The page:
On Monday 20th November, 155 Bishopsgate London played host to the GBEA Scale Up Conference, opened by Oli Barratt as a follow up event to the well established Natwest Great British Entrepreneur Awards. We were thoroughly delighted to be awarded runner-up in the prestigious awards within the Start-Up Entrepreneur category last week and the conference was a perfect follow on from these celebrations. Focusing on scaling up businesses, we felt it was the perfect time for LoyalFree to delve into these conversations, as we begin to take our loyalty app business nationwide.
The conference was full of countless interesting speakers, questions and lively debate. However, we have summarised the 5 key messages we took away from the day as:
1. Growing businesses are driven by a mission
We heard from Michael Hayman of Sevenhills first, talking us through his book, Mission. We couldn’t agree more with the prognosis that businesses are becoming increasingly mission driven, with the idea of ‘Conscious Capitalism’ paving the way forward . Michael went on to discuss the characteristics of a ‘Mission Character’ as pictured below, and the differing types of entrepreneurs such as the carers (who nurture), the sharers (who focus on belonging) and the darers (who confront ideas). It’s an interesting concept as we often move between these ‘types’ as we find each day of growing a business requires you to adapt to the market around you quickly and considerately.
2. Your business will only be as good as the people in your business
Perhaps the most hotly anticipated section of the day for us was the talk from Jenny Campbell of BBC Dragon’s Den who shared her story of growth. Whilst she journeyed through her tale of ‘repair, reinvent and rebuild’ used in her career at RBS and beyond, perhaps the most poignant message was regarding the people you decide to hire into your business. There was a focus on hiring the right people with the right attitude and we would echo Jenny’s comment of ‘recruit for attitude and train for skill.’ As we look to hiring decisions in 2018 it was incredibly useful to keep this in mind. Plus, we managed to get Jenny to tell us which Dragon she would most like to go on holiday with – but we will keep that one a secret with the other attendees!
3. Founders are ideally positioned to be your best sales people
The #GBEAScale conference held host to several panel discussions throughout the day, with leading industry figures sharing their opinions with the room. During a session on ‘driving growth through sales’ we heard from Alex McPherson (Ignition Law), David Howorth (Evoke) and Gordon McAlpine (Scale up millionaire) as they were led through questions by their chair Luke Neil. A recurrent theme and question of the day was around the role of business founders within the sales process. The panel discussed fairly unanimously that the founders of a business were incredibly well placed to promote it; being the ones with the true passion and understanding of the business.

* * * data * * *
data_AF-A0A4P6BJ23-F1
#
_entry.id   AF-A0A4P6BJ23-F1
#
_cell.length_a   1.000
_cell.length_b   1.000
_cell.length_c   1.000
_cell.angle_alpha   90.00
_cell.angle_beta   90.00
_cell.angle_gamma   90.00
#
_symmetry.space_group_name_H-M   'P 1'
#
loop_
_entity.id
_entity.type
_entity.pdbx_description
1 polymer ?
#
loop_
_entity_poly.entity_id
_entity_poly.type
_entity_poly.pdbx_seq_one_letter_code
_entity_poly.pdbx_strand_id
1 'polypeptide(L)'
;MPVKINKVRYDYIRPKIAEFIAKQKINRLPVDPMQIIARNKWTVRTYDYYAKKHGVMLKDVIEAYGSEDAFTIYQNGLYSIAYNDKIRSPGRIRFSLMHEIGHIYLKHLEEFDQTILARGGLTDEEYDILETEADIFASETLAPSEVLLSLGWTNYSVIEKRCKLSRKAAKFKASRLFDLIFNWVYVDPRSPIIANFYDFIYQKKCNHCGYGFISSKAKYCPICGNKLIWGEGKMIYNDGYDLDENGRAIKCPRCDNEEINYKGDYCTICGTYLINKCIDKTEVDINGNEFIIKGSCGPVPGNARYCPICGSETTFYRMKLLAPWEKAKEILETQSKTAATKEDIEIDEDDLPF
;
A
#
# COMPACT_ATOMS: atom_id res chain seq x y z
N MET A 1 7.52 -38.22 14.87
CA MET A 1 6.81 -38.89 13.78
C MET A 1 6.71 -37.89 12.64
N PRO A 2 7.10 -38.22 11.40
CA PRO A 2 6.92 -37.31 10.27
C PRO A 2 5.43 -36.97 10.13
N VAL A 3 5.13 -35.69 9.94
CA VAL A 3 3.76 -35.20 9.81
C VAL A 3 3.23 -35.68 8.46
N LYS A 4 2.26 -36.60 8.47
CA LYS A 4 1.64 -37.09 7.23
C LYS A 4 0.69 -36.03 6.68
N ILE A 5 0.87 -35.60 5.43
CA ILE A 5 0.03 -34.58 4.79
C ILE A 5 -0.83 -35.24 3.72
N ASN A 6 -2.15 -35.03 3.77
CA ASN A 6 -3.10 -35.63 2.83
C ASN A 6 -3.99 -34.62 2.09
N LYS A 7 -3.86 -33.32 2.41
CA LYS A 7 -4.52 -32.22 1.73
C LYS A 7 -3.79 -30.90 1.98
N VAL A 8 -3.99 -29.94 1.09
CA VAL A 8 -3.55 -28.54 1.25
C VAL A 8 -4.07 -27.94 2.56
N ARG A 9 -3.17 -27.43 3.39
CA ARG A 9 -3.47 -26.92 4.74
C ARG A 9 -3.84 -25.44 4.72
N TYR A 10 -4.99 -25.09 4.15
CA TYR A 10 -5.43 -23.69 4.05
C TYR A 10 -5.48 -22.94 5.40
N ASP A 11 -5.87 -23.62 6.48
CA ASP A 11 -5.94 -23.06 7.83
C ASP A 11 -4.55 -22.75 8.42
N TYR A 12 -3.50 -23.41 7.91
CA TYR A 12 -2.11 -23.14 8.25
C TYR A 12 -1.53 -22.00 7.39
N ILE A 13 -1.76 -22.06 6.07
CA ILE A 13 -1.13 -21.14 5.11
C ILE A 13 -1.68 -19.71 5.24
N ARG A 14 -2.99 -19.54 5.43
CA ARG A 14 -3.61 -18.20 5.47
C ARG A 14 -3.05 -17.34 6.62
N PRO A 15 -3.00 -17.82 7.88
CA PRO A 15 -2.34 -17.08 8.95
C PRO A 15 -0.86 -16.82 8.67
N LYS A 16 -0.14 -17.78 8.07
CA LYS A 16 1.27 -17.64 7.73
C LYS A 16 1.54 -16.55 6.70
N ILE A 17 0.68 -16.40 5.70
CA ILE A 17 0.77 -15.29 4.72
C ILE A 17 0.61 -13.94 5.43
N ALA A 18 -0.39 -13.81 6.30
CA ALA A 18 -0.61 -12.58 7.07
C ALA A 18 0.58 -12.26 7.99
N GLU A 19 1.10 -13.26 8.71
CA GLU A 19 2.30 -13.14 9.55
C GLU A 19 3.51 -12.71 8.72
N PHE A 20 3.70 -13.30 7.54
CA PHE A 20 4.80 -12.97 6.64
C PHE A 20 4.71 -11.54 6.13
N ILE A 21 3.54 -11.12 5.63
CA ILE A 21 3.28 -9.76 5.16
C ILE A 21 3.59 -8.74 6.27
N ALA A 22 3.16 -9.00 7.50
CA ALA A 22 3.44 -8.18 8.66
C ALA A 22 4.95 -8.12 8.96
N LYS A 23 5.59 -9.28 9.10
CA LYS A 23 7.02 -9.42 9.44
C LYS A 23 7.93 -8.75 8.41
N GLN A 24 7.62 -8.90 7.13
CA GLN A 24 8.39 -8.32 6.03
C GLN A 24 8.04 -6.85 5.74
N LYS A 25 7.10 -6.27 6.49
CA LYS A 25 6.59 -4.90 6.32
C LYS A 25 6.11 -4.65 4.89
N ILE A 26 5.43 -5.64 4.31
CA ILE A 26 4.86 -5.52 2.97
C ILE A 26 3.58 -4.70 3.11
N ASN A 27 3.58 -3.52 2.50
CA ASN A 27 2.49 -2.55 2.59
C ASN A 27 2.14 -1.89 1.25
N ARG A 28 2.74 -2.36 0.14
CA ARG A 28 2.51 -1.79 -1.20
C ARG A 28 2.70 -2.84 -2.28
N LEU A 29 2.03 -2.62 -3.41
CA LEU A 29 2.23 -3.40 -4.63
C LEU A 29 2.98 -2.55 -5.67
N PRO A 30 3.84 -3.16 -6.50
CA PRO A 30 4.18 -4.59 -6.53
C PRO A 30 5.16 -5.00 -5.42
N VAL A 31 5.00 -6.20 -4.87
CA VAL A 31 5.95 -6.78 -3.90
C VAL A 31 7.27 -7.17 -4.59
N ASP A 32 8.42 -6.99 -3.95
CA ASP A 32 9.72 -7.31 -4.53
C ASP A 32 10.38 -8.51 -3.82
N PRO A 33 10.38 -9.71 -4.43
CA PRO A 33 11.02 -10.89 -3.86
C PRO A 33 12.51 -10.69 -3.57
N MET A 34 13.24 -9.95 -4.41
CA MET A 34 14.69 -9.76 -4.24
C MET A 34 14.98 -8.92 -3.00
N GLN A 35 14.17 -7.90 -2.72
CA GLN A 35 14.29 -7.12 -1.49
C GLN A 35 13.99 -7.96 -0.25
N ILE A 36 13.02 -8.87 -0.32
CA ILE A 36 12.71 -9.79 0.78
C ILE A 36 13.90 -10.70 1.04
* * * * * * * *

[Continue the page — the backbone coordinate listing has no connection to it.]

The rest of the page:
This is something we have found to ring very true in our own startup LoyalFree, with most major customers responding very well to the creators of a business being the ones involved in the sales pitch, rather than a representative. As businesses grow often founders can step away – and the question was raised of how long should the founders keep selling? We think it’s important for founders to always remain in the sales process…
4. Diversity of thought is incredibly important in Scale Up businesses
Another interesting panel explored ‘People, Talent & Skills for Scale Ups’ where we heard from Heather Melville (Natwest), Jo Dalton (JD&Co) and Stephen Fear (the Fear Group). Various questions were raised – should we have blind CVs? How do we find the A players in the crowd? But the most resounding message that came through was that of diversity. Interesting discussions were sparked over how you achieve the correct mix of staff – and whilst there is merit to ‘hire in your own image’ to ensure aligned values, perhaps this does not lead to the diversity of thought crucial to innovation. Certainly food for thought!
5. Never underestimate how long it will take to sell your business
The day was rounded off with a session titled ‘Life After Exit’ where we heard from Ajaz Ahmed (Freeserve) amongst many other business owners. The discussion was centred around the infamous ‘exit strategy’ of many scale up entrepreneurs. This is for several reasons; the nature of entrepreneurs is to have other ideas to go on to, but also investors may want to see a clear exit strategy to ensure they are getting a good return on their investment. Amidst discussions of having good advisors around you, and a solid management team was the theme that often entrepreneurs grossly underestimate how hard or long the sale process may be. Although these plans are a while off for the likes of us, the insights were incredibly useful as we heard from individuals who had sold their own businesses and come across similar hurdles to each other along the way.
Other highlights included hearing Stephen Fear’s story and his resounding message of thinking positive, Marcus Wright looking at the productivity crisis in the UK and Michael Jacobsen sharing his stories around scaling creative businesses, not to forget an engaging talk from Ian Merricks. There are many we have not mentioned because the day was jam packed of useful insight, plentiful networking opportunities and good humour.
We are already looking forward to next year’s event!